“Unpredictable, but affable.” “Brilliant man with diverse interests, highly disciplined.” That’s Bibek Debroy for you.
People who have known and worked with Debroy are equally dismissive about there being any ideological conflict either now or in the past, when he had courted the Congress-led government’s displeasure for ranking Gujarat as the most advanced in development in a comparative study of states. Modi, then the Gujarat chief minister, had used the report to highlight his government’s achievements, while Sonia Gandhi had reportedly issued a directive that all reports henceforth be cleared by her office before publication. Debroy saw this as a curtailment of his power, leading to his decision to quit. He, however, stayed on for a few more months to complete his tenure after Sonia Gandhi withdrew her directive.
“Many in the Congress ascribed wrong motives to what was a straightforward rating of states,” says Laveesh Bhandari of Indicus Analytics, who had partnered Debroy in the study. Given his long association with Debroy, Bhandari is categorical that he is not a person prone to being influenced by political ideologies. “There is a political line of thinking and there is an economic way of thinking. I don’t think his way of thinking will change as he has been consistent in his views.”
Bhandari emphasises that Debroy’s move to the BJP line of thinking on economic matters did not happen in the immediate aftermath of his study of the states or its political fallout but gradually over the last few years after his increasing interaction. Official sources downplay the Debroy factor, pointing to the fact that in the run-up to the general elections too many ideas for economic reforms, particularly on ways to enhance revenue, were floated, but nothing came of them.
For now, Debroy’s main job is at the Niti Aayog. Sources clarify that in its new avatar as a policy and research organisation, the day-to-day operations of ministries are no longer part of its duty as it has no role in funds allocation to the states or the ministries. The two Niti Aayog members are, however, part of the sub-groups or task forces formed to study various issues. Debroy is part of the sub-groups on agriculture and poverty alleviation, and as such, part of the study on revamping NREGA. “We’re still at an ideas stage and don’t have to write on each other’s file. In fact, file movement is discouraged as there is no interaction with ministries on a day-to-day basis,” sources say.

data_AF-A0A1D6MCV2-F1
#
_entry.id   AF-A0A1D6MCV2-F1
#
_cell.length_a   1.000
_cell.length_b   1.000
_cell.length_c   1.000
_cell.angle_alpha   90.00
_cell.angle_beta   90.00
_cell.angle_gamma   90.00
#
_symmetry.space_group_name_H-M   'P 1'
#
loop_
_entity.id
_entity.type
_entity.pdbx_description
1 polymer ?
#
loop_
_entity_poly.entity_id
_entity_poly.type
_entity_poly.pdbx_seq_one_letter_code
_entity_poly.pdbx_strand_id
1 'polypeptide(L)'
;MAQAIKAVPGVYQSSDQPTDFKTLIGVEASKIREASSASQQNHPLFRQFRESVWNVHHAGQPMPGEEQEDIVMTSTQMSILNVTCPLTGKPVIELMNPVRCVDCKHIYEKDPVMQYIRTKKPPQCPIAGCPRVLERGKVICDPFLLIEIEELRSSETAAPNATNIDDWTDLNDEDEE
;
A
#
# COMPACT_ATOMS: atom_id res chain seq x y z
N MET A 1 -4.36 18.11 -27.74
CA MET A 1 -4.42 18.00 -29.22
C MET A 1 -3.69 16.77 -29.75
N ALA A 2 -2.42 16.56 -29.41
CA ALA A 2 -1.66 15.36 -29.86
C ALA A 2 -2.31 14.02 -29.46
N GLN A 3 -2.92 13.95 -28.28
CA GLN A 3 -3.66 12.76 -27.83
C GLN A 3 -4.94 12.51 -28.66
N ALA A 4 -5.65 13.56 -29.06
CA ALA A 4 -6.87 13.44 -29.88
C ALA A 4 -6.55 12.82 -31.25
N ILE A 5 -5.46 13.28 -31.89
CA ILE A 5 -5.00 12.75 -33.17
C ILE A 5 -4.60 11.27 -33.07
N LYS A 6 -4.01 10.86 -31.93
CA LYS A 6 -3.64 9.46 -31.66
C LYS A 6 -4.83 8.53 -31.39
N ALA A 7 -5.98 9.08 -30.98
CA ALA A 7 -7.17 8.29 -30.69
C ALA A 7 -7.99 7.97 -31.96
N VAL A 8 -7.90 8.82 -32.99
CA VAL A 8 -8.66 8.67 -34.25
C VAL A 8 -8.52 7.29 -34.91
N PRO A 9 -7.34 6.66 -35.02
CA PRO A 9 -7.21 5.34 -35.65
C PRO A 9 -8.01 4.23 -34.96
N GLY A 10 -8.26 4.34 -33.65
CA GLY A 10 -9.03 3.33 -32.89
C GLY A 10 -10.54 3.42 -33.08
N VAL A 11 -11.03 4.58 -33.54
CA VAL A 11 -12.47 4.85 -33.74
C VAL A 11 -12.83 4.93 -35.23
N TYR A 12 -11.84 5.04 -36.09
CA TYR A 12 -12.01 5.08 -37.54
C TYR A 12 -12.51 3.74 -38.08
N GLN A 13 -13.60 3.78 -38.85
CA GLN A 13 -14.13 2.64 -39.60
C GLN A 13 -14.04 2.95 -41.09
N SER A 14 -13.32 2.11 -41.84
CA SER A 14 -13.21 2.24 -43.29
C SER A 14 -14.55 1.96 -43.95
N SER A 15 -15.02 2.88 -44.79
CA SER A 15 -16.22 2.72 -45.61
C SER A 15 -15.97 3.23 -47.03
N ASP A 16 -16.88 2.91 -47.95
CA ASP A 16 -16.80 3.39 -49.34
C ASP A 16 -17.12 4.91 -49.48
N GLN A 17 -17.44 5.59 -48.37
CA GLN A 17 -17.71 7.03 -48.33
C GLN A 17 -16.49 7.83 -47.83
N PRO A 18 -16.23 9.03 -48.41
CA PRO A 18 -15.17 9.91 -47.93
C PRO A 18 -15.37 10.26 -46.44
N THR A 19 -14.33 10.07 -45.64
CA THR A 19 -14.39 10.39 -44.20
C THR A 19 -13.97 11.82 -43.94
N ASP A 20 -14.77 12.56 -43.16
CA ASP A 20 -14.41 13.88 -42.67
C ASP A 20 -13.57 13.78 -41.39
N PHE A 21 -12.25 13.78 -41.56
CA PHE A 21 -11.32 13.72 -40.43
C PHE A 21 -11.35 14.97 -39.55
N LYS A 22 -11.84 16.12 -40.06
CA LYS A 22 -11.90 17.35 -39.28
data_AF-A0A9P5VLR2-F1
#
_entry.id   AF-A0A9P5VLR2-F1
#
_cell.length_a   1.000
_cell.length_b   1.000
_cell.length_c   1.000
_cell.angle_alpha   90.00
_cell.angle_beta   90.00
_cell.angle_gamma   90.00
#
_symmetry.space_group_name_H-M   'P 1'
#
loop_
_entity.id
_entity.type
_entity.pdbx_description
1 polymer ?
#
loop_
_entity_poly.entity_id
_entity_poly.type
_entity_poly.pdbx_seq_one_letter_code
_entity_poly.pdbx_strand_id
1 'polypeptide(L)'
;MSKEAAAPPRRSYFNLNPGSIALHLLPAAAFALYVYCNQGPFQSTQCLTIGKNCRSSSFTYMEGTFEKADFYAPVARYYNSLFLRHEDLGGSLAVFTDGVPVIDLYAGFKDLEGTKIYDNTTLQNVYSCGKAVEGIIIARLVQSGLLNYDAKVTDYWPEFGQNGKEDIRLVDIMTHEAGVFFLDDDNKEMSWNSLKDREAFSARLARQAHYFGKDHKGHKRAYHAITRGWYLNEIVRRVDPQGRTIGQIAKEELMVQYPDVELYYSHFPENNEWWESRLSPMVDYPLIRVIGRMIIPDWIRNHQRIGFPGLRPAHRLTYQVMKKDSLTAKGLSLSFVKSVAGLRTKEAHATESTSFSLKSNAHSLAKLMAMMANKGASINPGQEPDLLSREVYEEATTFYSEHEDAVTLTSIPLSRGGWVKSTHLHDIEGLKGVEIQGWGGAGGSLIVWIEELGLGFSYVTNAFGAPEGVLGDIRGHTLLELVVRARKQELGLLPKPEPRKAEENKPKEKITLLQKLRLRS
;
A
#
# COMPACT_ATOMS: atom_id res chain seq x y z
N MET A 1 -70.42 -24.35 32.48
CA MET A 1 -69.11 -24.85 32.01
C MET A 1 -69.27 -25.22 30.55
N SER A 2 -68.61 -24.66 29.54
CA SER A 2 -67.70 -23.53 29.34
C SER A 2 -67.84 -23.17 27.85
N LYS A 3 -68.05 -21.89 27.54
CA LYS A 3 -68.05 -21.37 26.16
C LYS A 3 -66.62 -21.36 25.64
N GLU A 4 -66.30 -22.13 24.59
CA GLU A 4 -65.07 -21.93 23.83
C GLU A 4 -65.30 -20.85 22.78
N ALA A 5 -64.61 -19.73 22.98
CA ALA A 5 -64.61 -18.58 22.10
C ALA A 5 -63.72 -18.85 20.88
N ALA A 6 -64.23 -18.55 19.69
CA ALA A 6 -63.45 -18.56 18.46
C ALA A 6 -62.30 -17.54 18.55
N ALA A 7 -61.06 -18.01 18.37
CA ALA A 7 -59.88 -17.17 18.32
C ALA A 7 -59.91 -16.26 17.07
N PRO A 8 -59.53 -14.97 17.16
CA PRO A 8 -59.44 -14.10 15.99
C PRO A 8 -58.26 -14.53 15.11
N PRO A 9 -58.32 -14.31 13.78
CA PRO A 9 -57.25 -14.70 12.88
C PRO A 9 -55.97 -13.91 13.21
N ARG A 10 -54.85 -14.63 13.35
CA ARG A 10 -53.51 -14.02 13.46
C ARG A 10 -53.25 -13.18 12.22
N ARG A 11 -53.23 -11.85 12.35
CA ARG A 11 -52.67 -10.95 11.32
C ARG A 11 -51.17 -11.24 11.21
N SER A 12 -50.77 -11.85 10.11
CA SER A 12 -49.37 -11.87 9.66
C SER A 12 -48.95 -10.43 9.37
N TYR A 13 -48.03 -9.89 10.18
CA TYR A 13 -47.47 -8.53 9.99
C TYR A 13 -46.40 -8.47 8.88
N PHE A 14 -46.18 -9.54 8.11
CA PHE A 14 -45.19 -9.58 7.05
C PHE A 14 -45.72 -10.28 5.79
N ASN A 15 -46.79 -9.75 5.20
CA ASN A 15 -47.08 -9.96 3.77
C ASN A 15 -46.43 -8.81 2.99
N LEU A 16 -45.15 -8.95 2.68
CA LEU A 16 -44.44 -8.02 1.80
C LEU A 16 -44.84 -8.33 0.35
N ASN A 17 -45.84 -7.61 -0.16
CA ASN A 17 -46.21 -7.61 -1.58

One thing all his former and current colleagues say about Debroy is that he is a very approachable person who is not too much into hierarchy. Rajeev Kumar characterises him as “a brilliant man with diverse interests who is highly disciplined”. He says Debroy hasn’t flinched from trying out new things, whether as a researcher, head of an institute or as secretary-general of the phd Chamber of Commerce. D. Shyam Babu of the Centre for Policy Research, a long-time colleague, affirms that Debroy is a man without ego hassles, but who “is known to have walked out of anything unpleasant” wherever he has worked.
Being in a high-profile position amid power play at multiple levels, many wonder how long Debroy will last in his present position with his vision of reforms. But the way Debroy is positioned today, he would dismiss all this politicking as a “regrettable necessity”.